However, only 38% of the visited websites mentioned electric bicycles. The researchers concluded: “This is much less than what would be expected from the results of responding dealers. Whether the 85% is too much because dealers who do not offer e-Bikes did not take trouble to answer the inquiry, or the dealers find it unnecessary to make publicity for these products on their websites. This could mean that most dealers are not actively promoting the electric bicycle. Their main concern is the ordinary human powered bicycle. (…) Although most dealers are won for electrical assistance, they are not actively promoting the electric bicycles.”

As e-Bikes are becoming increasingly popular, the reticence among dealers is disappearing. According to Stefan Mariën there are still two different positions. Older dealers without a successor usually don’t bother anymore. In truly professional businesses, the entrepreneurs know that electric bicycles have become “incontournable”.

Commuters

Sparta’s Commercial Director Mark Kuper confirms that sales of e-Bikes in Belgium have definitely taken off: “Belgium usually follows the Dutch bicycle trends with a few years difference. That is not only the case for electric bikes, but for instance also for city bikes with a full chain guard and gear hubs. Today however, our sales in Belgium are growing more than in The Netherlands.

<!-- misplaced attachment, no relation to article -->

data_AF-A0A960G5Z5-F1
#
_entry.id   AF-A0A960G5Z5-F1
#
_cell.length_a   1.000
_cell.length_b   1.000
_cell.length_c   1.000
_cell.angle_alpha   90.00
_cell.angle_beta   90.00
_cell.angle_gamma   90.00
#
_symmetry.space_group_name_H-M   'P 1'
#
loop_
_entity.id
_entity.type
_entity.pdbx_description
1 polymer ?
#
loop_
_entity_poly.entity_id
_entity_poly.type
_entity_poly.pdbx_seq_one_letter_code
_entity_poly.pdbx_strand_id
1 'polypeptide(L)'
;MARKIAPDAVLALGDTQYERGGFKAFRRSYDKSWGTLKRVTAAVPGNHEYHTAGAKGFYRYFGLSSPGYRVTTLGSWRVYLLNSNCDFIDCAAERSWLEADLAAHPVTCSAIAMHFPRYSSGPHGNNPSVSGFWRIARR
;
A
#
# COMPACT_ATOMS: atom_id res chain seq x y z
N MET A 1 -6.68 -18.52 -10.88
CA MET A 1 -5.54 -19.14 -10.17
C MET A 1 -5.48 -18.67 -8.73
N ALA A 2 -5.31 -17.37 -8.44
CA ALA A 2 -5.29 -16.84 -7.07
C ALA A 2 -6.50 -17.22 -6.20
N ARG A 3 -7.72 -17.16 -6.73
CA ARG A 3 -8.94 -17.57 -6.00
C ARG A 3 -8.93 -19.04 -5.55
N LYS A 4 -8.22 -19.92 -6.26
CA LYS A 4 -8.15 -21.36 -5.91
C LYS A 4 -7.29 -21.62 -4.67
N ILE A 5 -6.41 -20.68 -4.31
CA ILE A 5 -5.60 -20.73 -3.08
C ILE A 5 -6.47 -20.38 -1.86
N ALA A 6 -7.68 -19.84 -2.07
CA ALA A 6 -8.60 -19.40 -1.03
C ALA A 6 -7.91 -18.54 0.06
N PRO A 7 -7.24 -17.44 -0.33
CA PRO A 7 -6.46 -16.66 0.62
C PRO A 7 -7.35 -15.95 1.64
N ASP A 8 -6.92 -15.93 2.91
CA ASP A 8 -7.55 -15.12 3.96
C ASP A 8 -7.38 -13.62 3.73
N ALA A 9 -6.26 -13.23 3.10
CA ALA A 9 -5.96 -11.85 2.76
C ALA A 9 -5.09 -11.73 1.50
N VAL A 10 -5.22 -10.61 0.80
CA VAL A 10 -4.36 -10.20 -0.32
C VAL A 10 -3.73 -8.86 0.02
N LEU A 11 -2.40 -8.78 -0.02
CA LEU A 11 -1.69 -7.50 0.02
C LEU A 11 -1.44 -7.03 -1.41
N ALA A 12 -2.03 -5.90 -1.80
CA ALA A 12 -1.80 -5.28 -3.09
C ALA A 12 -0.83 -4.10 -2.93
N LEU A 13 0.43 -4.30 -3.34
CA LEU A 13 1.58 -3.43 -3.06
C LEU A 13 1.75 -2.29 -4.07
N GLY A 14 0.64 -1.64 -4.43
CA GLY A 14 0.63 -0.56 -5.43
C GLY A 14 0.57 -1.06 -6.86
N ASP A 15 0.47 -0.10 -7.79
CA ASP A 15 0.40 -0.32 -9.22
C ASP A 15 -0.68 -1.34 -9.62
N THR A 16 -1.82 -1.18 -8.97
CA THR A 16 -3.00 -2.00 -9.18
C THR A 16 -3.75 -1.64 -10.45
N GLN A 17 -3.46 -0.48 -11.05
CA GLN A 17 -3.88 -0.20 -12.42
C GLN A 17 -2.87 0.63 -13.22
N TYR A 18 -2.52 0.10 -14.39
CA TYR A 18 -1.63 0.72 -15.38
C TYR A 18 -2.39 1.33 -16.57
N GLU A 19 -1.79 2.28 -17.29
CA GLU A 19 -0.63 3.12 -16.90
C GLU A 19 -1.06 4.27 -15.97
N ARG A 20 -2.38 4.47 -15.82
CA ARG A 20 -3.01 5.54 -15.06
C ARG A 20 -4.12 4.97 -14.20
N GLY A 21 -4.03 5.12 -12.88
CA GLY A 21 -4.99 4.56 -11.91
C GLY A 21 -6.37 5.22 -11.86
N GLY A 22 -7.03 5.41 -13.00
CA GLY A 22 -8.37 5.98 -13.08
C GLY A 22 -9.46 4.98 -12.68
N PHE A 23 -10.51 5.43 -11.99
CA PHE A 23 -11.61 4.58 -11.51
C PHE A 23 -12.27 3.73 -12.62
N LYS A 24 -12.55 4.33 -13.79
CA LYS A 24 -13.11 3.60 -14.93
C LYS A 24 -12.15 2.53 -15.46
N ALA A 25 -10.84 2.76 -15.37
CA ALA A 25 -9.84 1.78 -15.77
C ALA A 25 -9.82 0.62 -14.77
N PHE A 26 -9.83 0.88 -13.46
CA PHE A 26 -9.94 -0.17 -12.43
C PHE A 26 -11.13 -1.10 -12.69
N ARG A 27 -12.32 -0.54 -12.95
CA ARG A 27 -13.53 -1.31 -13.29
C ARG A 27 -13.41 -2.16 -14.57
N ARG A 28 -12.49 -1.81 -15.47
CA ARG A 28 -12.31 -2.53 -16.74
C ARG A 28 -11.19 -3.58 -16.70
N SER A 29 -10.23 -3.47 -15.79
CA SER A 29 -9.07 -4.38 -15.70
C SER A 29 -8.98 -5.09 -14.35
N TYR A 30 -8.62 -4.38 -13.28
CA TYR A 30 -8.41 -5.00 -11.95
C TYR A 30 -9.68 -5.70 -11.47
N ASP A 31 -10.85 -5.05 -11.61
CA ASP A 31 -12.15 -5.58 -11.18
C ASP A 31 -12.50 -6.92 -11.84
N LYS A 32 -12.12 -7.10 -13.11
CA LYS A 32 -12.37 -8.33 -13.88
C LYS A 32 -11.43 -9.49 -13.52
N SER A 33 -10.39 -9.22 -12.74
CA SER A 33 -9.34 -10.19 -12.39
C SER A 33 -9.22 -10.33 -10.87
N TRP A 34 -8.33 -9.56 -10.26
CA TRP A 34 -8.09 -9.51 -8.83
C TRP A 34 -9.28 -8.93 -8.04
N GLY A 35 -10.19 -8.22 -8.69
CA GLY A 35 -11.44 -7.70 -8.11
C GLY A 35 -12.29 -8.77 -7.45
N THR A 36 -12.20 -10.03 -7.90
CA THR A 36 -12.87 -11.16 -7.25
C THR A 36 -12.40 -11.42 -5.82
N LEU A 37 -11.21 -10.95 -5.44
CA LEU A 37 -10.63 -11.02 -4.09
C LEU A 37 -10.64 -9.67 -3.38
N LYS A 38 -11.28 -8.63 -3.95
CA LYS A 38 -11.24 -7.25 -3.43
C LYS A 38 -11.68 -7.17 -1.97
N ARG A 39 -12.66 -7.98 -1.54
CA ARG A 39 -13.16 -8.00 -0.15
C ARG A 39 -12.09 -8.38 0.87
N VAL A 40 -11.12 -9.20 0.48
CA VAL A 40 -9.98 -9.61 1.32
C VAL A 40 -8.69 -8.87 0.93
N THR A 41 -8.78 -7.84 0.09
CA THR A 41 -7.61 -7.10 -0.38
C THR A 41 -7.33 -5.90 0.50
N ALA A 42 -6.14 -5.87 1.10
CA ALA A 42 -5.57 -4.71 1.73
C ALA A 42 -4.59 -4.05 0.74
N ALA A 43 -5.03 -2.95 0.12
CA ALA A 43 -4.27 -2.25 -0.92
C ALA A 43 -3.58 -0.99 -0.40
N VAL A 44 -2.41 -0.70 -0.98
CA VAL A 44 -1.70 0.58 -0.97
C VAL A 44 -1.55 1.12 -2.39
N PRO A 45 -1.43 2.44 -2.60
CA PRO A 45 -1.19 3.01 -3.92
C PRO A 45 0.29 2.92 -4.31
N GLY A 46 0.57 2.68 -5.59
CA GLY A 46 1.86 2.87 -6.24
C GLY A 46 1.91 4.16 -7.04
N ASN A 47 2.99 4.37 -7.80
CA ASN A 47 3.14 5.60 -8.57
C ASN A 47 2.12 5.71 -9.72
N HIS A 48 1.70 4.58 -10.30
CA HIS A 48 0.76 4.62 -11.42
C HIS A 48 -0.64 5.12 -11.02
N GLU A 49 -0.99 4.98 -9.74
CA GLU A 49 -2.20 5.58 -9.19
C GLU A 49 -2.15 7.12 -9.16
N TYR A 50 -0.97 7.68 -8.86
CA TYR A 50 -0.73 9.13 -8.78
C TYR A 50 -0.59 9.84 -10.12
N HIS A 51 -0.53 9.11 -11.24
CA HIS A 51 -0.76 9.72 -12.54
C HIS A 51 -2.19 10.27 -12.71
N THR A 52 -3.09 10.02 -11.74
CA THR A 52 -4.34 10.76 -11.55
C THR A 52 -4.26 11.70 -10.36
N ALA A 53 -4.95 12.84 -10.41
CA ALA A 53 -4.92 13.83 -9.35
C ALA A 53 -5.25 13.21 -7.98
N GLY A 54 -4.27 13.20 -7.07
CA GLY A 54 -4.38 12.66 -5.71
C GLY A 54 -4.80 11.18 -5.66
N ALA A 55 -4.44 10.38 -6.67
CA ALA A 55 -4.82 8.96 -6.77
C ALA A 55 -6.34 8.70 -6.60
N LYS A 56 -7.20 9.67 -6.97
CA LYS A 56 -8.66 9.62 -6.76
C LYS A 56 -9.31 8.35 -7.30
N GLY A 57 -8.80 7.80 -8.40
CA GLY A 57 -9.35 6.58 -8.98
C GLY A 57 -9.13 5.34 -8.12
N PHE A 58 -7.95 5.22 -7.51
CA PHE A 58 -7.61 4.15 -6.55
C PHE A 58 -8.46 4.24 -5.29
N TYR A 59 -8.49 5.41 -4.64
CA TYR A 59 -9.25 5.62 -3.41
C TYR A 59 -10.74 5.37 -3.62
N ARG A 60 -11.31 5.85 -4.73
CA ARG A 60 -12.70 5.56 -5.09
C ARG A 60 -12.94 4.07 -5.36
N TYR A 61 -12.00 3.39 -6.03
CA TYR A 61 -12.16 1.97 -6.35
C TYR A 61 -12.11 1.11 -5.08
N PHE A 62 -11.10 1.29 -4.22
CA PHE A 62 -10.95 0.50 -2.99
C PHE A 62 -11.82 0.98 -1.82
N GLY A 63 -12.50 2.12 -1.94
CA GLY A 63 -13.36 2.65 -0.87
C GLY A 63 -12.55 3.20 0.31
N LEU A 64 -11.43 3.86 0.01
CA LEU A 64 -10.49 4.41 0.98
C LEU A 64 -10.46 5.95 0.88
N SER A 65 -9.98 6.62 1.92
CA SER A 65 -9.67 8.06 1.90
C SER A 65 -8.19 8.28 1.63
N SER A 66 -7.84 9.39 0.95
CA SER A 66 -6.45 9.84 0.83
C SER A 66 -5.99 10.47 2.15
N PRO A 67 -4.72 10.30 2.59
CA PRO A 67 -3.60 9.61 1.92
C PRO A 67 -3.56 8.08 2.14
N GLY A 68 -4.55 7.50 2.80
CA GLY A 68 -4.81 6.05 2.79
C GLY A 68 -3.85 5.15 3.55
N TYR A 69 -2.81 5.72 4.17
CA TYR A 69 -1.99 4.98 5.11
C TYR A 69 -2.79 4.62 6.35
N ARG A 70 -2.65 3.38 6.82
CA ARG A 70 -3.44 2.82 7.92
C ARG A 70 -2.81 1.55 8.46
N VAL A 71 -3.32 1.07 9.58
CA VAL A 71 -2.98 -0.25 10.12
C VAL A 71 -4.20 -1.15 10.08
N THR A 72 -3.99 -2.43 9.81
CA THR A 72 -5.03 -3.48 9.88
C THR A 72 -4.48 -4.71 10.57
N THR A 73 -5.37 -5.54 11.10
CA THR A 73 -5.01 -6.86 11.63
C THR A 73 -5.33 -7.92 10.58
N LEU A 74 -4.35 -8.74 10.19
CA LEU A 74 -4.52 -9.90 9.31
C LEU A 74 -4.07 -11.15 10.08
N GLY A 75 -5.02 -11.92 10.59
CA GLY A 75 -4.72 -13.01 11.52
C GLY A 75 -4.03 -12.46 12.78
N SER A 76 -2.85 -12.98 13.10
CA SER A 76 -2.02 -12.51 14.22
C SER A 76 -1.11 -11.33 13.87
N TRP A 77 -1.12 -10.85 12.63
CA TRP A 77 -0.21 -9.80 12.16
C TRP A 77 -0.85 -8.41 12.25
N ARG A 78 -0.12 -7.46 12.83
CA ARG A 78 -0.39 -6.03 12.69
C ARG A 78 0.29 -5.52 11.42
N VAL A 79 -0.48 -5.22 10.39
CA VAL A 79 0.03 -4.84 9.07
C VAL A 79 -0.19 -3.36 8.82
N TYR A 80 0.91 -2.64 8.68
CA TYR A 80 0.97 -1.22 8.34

The average price is slightly lower. We have recently introduced two e-Bikes at € 1,499, which sell extremely well in Belgium.” According to Kuper, Sparta sells half of their electric bicycles in Belgium to people younger than 60. The most important age group is 50 to 70, whereas the clientele of 70+ is negligible. Nevertheless, the age group 35 to 55 is also expanding. They use their vehicle more for rides in town (shopping, visiting, …) and for commuting, whereas the older public rather has an electric bike for recreation.

Nico Lauwaert, who owns a bicycle shop near Antwerp, confirms that he is now also selling e-Bikes to commuters. “At first, we only sold women’s bikes, today we also sell men’s models. Commuters are interested in electric bikes because of the tax-free allowance of € 0.2 per km, which helps to pay back their investment. With assistance, they can cover longer distances and they can cycle without sweating.” Early last year, Lauwaert reported decreasing sales as a result of the economic crisis. By the summer however, the backlog was eliminated and 2009 ended as a record year.